I have had good luck this year in finding good places to eat, so aside from helping with the other stuff, I’ll endeavour to find us some yummy food.  My search for good burnt ends is in full force, too, so I may steer us to BBQ places that serve them, but I will try to include some variety as well.  Chasing will still be #1 and, if the only place we can get food once done chasing and lightning photography (I suspect this year will be perfect for it, BTW—warm evenings and storms going well into the nightttime hours) is Pizza Hut or Applebee’s, well, that’s fine too.  It’s storm chasing first, not eating.  That’s just a sideshow. :)
 
I plan on being at the vans around 7:15.  I have my 2 ham radios set up, charged and ready to go.

My laptop is good and ready to go—it’s an old workhorse, about 2011 vintage, but all the software is installed and updated.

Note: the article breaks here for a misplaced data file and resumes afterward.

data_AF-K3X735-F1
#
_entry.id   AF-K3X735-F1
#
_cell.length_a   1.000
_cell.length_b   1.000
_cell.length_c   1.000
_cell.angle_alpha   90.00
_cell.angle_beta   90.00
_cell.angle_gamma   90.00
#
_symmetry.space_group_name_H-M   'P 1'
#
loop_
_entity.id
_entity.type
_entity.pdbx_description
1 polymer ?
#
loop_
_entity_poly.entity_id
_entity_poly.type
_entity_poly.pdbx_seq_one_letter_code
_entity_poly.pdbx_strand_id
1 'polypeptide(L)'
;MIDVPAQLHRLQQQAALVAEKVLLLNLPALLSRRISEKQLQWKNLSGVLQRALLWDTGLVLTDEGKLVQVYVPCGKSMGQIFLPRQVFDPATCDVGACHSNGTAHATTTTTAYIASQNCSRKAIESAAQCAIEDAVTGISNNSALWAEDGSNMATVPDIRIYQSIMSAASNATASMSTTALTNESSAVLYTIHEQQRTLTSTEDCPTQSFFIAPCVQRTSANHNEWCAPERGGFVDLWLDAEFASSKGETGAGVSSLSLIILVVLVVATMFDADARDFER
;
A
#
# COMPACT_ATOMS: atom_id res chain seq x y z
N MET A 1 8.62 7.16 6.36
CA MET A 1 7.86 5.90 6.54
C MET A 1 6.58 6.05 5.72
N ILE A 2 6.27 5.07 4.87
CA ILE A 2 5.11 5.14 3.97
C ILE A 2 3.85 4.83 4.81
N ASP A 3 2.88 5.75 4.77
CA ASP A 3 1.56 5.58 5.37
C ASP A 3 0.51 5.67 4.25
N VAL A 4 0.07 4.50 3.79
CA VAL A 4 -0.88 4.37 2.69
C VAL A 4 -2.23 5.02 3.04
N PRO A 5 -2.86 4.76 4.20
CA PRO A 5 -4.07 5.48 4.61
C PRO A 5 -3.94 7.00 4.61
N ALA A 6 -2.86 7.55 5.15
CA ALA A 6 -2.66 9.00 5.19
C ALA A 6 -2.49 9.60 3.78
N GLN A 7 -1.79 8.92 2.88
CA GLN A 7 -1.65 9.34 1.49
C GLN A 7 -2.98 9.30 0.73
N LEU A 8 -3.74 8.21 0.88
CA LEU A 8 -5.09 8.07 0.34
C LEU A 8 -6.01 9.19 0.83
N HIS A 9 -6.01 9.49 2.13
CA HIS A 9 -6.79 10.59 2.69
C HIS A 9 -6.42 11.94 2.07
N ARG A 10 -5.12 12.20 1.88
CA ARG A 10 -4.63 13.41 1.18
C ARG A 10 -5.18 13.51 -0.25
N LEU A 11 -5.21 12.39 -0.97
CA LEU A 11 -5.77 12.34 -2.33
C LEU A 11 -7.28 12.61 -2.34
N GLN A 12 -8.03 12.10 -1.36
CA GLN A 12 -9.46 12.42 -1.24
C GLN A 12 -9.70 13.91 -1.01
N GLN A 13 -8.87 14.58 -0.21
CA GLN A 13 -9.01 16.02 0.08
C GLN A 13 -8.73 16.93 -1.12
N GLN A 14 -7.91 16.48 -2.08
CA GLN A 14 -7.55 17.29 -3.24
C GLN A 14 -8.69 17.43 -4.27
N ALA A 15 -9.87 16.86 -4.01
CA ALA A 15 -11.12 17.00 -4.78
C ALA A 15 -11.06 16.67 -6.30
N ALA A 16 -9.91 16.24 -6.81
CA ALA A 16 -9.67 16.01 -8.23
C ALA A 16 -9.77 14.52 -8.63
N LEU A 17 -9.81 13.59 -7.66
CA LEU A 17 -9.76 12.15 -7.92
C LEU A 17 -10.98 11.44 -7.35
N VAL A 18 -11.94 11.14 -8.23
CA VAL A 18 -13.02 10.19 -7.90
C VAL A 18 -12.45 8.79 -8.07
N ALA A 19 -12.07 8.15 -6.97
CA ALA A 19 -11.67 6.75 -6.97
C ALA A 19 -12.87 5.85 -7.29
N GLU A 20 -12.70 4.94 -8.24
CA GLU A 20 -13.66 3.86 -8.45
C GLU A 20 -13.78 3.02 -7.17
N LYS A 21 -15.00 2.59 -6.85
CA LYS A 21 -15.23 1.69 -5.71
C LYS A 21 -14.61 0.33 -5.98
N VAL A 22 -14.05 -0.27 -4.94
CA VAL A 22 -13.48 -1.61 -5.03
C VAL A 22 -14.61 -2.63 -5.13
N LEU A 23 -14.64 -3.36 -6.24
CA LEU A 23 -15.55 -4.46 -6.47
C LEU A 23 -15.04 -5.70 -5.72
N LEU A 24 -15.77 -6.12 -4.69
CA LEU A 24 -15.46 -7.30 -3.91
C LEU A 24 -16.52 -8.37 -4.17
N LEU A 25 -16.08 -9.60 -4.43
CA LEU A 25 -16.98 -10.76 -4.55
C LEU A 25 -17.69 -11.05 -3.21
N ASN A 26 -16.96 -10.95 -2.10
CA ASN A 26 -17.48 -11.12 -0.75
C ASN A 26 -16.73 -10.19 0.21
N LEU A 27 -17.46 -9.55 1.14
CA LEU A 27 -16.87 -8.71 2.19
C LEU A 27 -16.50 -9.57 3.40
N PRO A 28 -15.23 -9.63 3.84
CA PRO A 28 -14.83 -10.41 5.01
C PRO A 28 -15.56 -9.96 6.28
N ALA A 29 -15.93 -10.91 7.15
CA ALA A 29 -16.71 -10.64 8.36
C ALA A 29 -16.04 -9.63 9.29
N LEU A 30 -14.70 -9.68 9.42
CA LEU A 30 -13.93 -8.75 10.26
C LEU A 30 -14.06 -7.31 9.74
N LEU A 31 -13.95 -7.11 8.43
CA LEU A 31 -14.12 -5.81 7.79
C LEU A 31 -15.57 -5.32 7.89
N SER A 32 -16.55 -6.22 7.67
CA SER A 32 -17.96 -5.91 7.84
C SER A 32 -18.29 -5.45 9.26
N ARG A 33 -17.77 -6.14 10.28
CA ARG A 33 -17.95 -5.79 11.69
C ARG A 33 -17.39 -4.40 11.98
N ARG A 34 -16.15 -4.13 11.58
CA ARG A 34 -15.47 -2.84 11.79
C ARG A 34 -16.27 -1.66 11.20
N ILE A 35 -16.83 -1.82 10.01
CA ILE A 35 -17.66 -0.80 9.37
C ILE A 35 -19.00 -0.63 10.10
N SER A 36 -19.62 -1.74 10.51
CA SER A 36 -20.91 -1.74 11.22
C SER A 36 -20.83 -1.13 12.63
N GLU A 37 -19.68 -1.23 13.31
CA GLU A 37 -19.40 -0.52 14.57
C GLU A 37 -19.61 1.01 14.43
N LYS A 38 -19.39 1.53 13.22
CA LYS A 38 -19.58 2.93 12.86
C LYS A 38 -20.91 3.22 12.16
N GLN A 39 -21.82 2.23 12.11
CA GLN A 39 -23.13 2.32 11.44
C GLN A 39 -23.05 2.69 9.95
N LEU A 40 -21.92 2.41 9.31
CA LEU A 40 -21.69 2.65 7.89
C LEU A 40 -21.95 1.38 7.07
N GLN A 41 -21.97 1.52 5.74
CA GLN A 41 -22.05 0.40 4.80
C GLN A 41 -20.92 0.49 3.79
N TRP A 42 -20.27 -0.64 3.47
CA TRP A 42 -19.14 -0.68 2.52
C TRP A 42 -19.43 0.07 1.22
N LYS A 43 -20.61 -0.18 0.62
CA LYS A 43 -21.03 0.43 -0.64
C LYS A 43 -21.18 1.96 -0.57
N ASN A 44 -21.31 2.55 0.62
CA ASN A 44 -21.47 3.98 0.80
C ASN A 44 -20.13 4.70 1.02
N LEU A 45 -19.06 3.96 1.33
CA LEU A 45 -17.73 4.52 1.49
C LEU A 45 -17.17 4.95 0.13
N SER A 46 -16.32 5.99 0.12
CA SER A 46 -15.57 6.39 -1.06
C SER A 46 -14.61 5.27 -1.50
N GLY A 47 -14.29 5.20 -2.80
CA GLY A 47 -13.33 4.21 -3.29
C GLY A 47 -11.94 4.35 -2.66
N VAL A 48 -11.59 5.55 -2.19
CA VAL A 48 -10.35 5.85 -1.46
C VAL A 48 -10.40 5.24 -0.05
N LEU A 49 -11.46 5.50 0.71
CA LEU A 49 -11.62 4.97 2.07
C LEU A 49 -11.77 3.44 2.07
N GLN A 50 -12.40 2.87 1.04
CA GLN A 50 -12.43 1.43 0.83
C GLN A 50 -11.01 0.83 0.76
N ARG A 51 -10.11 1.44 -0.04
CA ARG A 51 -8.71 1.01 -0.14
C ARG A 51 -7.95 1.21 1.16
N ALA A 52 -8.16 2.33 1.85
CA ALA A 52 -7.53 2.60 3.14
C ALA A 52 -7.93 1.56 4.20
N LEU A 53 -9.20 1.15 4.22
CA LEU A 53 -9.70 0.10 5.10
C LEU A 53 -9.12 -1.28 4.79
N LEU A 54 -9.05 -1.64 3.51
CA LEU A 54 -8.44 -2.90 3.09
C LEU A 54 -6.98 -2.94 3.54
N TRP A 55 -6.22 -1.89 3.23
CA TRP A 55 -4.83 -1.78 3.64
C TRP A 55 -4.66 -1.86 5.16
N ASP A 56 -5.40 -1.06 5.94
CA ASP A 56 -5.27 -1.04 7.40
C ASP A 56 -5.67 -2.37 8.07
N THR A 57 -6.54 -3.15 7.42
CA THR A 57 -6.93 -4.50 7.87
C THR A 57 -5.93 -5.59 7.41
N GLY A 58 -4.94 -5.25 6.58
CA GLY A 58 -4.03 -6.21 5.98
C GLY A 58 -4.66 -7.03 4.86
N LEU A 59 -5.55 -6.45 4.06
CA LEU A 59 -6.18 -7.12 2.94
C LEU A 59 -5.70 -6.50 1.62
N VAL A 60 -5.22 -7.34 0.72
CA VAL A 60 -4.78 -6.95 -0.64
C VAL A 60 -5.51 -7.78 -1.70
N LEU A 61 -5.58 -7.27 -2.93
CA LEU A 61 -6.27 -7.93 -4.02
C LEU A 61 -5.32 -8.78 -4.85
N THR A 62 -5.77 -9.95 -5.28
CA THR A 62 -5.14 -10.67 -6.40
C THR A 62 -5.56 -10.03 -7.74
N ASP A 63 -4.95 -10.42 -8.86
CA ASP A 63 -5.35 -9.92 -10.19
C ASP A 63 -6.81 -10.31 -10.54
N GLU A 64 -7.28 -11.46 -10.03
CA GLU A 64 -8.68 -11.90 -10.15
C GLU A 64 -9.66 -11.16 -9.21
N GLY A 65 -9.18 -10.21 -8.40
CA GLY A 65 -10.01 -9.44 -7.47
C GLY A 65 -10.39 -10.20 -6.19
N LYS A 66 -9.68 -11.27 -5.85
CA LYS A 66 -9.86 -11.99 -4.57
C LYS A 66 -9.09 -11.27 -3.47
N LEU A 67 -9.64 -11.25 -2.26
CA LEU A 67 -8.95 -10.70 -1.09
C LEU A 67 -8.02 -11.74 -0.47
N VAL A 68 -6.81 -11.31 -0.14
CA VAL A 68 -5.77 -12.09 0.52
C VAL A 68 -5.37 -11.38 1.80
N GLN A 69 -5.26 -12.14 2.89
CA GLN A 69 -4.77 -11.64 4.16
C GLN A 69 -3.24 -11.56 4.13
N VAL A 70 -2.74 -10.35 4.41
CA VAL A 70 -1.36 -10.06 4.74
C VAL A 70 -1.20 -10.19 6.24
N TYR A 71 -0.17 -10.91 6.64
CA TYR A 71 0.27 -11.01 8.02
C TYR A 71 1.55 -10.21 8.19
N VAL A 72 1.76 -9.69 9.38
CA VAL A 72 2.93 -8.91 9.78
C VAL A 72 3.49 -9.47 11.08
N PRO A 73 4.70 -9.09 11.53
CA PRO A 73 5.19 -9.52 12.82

I'm getting stoked for the trip.

Wednesday, June 21, 2017

July 20 forecast

Day 1 (June 23): almost guaranteed to be a ravel day if we chase
NAM: TX panhandle/eastern NM
GFS: northeast NM/TX panhandle
GEFS: eastern CO/eastern NM/TX panhandle
GDPS: southeast CO
ECMWF: eastern CO/northeast NM
CFSv2: northern TX panhandle/northeast NM

Day 2 (June 24):
GFS: north-central NM
GEFS: northeast NM
GDPS: eastern CO/western KS
ECMWF: northeast N
CFSv2: northern TX panhandle/northeast NM

Day 3 (June 25):
GFS: southeast CO/northeast NM
GEFS: southeast CO/eastern NM
GDPS: southeast CO/southwest KS
ECMWF: south-central CO/north-central NM
CFSv2: eastern NM/west TX

Day 4 (June 26):
GFS: southeast CO or central AB
GEFS: eastern NM to western KS
GDPS: eastern CO/northeast NM
ECMWF: eastern CO or east-central AB
CFSv2: eastern NM or central AB to central MT

Day 5 (June 27):
GFS: central NE or central AB
GEFS: eastern NE
GDPS: eastern CO/western KS
ECMWF: western KS, southern MB or central AB
CFSv2: eastern NM, the Dakotas or southern MT

Day 6 (June 28):
GFS: eastern SD/NE to western MN/IA
GEFS: eastern NE/western IA
GDPS: central KS to central NE
ECMWF: northern KS to eastern ND
CFSv2: southwest KS to northern TX panhandle or eastern W/western SD

Day 7 (June 29):
GFS: eastern ND to eastern KS
GEFS: NE/IA border
GDPS: eastern ND/western MN to central OK
ECMWF: western NE or most of IA and IL
CFSv2: northwest NE/southwest SD

Day 8 (June 30):
GFS: western IA
GEFS: NE
GDPS: central IA